“We established individual driver scorecards by the end of the pilot period and fully deployed telematics for 5,800 vehicles by end of March 2013,” Gilchrist stated. “These scorecards provide a performance rating for each driver for three behaviors: speeding, seat-belt usage, and harsh driving
(accelerating, braking, and cornering).”

Managers were taught how to coach their drivers to improve driving practices. 

In addition to PHH Onboard, Safelite also employs mobile resource management technology, which the company’s IT team developed and manages. Technology employed includes smartphones, payment and customer signature solutions, and routing and mapping programs to ensure technicians are at the right place at the expected time.

Intelligent routing enabled more of an efficient workforce by reducing miles driven by 5-7 percent, which, in turn, results in significant fuel savings and vehicle costs (estimated at $750,000 in annual savings).
Other significant results, thanks to the use of innovative technology, include:

  • A reduction in fuel consumption by 800,000 gallons, which saved approximately $3 million.
  • A decrease in idling (expressed as a percentage of total engine hours) from 31 percent in March 2013 to 24 percent by the end of December. 
  • In the first month of telematics measurement, fleet had approximately 33 percent of driver scores in a high-risk category in terms of their driving behaviors. With coaching and a greater focus and discipline, management reduced this to approximately 3 percent by the end of the year. 

Staying Ahead of the Curve with ROI Analysis
Safelite fleet leadership is now conducting a pilot in four markets across 80 vehicles with SCT Fleet Solutions, a global business that focuses on driver safety and fuel economy. The goal of the pilot includes gathering data and driver feedback and developing an ROI analysis. If results are favorable, management plans to roll out to additional markets.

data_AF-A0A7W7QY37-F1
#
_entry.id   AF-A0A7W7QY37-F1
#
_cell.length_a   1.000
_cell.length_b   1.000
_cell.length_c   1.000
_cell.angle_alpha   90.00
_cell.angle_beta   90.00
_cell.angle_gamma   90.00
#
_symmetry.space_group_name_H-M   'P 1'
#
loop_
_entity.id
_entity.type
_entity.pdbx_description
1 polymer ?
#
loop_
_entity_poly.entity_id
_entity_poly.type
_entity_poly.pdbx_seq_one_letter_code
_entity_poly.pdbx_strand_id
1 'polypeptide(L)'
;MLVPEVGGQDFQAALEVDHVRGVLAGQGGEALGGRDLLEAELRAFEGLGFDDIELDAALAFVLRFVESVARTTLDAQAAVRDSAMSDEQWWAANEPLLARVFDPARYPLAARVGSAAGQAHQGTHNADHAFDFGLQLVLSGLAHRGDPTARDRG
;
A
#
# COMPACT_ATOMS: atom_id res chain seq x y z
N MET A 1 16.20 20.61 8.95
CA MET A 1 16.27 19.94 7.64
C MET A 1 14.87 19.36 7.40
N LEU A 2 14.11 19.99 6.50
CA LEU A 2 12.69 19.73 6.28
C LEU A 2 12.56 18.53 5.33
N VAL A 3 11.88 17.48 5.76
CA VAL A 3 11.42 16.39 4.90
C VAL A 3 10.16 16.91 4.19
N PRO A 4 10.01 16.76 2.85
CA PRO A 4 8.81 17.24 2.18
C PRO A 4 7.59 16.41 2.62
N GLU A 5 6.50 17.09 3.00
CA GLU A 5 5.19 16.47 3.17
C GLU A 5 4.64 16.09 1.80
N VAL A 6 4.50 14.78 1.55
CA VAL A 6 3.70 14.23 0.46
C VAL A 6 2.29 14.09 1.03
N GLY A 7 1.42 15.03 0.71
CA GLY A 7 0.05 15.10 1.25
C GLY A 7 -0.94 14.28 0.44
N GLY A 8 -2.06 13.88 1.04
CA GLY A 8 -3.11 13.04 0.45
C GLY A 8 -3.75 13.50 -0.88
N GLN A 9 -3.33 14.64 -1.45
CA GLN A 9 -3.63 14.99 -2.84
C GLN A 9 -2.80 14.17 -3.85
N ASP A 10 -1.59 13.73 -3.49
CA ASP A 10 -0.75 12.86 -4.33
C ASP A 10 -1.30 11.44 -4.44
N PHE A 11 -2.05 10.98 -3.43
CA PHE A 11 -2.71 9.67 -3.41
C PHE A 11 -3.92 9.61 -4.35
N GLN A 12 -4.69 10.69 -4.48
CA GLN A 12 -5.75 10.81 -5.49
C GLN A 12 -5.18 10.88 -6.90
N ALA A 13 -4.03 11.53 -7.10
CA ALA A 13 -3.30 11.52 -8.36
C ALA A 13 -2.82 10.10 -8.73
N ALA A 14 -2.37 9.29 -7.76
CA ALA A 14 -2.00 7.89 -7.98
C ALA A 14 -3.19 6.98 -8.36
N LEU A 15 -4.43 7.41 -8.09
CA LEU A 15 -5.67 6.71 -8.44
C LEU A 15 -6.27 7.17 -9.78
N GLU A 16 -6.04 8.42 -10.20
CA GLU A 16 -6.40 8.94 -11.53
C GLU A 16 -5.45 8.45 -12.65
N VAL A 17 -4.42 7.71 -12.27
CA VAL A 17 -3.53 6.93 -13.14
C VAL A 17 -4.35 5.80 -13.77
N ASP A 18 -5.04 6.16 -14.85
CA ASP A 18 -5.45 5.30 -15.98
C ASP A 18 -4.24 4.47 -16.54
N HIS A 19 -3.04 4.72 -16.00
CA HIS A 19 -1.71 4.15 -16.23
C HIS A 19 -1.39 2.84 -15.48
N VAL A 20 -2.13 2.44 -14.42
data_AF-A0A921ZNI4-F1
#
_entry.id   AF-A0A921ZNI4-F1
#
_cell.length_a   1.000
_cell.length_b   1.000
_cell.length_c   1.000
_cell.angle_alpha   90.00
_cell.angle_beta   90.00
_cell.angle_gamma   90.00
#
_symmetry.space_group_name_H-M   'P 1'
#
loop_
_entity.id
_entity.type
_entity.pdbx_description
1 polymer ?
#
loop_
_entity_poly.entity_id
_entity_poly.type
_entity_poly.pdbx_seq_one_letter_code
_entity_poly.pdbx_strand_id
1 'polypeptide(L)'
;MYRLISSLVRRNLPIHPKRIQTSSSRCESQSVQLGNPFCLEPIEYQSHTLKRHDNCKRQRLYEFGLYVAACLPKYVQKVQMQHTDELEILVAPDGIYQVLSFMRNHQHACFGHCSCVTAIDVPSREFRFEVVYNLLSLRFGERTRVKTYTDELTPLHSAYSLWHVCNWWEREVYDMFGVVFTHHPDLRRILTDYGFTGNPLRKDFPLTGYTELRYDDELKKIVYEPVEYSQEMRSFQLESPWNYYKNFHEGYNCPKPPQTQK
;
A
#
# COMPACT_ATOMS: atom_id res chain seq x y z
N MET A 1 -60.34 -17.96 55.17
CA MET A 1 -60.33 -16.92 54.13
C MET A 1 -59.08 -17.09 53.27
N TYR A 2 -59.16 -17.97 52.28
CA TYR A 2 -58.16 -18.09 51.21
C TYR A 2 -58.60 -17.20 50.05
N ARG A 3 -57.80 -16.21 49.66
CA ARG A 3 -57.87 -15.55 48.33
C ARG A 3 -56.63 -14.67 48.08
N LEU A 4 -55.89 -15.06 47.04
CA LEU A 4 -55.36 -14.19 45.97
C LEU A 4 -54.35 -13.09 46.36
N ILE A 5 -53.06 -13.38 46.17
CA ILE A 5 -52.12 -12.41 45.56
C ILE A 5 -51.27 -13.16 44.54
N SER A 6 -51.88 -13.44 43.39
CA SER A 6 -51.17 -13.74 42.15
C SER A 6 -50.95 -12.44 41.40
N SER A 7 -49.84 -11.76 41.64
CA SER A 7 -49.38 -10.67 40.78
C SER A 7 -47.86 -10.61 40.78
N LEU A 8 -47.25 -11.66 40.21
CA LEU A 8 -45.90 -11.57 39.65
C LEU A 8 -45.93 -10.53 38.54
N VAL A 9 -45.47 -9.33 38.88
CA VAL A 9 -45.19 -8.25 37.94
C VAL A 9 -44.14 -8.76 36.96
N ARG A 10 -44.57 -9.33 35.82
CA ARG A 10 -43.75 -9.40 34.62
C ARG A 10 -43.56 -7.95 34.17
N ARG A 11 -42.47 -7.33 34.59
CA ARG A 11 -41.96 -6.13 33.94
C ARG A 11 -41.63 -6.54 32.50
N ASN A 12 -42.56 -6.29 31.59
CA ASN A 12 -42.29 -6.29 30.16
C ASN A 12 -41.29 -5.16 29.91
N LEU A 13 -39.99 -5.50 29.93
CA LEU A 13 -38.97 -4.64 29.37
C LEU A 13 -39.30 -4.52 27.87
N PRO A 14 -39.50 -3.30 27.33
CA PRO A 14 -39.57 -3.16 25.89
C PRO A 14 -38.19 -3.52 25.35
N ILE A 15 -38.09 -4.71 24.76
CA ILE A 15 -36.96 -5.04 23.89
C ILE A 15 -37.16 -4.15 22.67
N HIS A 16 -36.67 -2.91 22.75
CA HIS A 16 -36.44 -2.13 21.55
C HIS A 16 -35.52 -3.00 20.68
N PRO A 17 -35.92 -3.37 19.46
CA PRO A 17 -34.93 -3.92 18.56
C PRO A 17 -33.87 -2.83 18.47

“A proactive approach is the only way to win,” Gilchrist stated. “While hindsight is 20/20, being ahead of the curve is just as critical. We strive to learn from our mistakes and collaborate with and learn from our customers, suppliers, and other successful fleets to develop programs and initiatives that are industry leading. Proactivity breeds success and keeps us out ahead of the competition and best-in-class fleet operation.”

Gilchrist reveals that fleet management will continue to search for better technology, reporting, tools, personnel, collaboration, and supplier management and selection to result in continuous year-over-year reductions in the areas of fleet cost per mobile customer served, fuel consumption and emissions, materials waste, as well as increases in efficiency, service, and flexibility.

“Our fleet will be smaller and more productive,” she concluded.

Maximizing Partnerships & Supplier Base
In her role, Gilchrist handles associate management and development, process review and reform, contract negotiation, supplier relations, and budgeting and P&L management. She also manages vehicle specifications, selection, upfitting, procurement, national maintenance management, national fuel program, sustainability and environmental initiatives, and acquisition and integration activities.

Gilchrist also interacts with internal partners and customers on a daily basis regarding fleet programs, policies, transactions, strategic initiatives, and much more.

“I interact almost equally with our large supplier base on every aspect of our fleet operations, strategic projects and initiatives, order status, and shared goals,” she explained.

Safelite’s fleet team includes Gilchrist, Lead Fleet Administrator Chris Armstrong, and Fleet Administrators Robby Traphagan and Trevor Horton. The team is also supported by Financial Analyst Jay Knecht.

“One of our primary goals includes delivering year-over-year reductions in our fleet cost per mobile customer served,” Gilchrist stated. “To do so, policies are consistently evaluated, modified, and communicated to drive compliance and to support our company initiatives, goals and mission. Our policies are managed by fleet and field leaders.”

The fleet department has operating practices and policies in place for vehicle use by:

  • Job title.
  • Vehicle operation and occupancy.
  • Fuel card use.
  • Vehicle maintenance.
  • Personal use and personal mileage reporting.
  • Telematics/driver behavior.
  • Idling.
  • Accident management, including an internal point system coupled with MVR results, pre- and post-hire background checks and drug testing, driver training, distracted driving, etc.

Founded in 1947, the Columbus, Ohio-based Safelite employs 11,000 individuals in the U.S. and serves more than 4.3 million customers each year with revenues of $1.2 billion in 2013.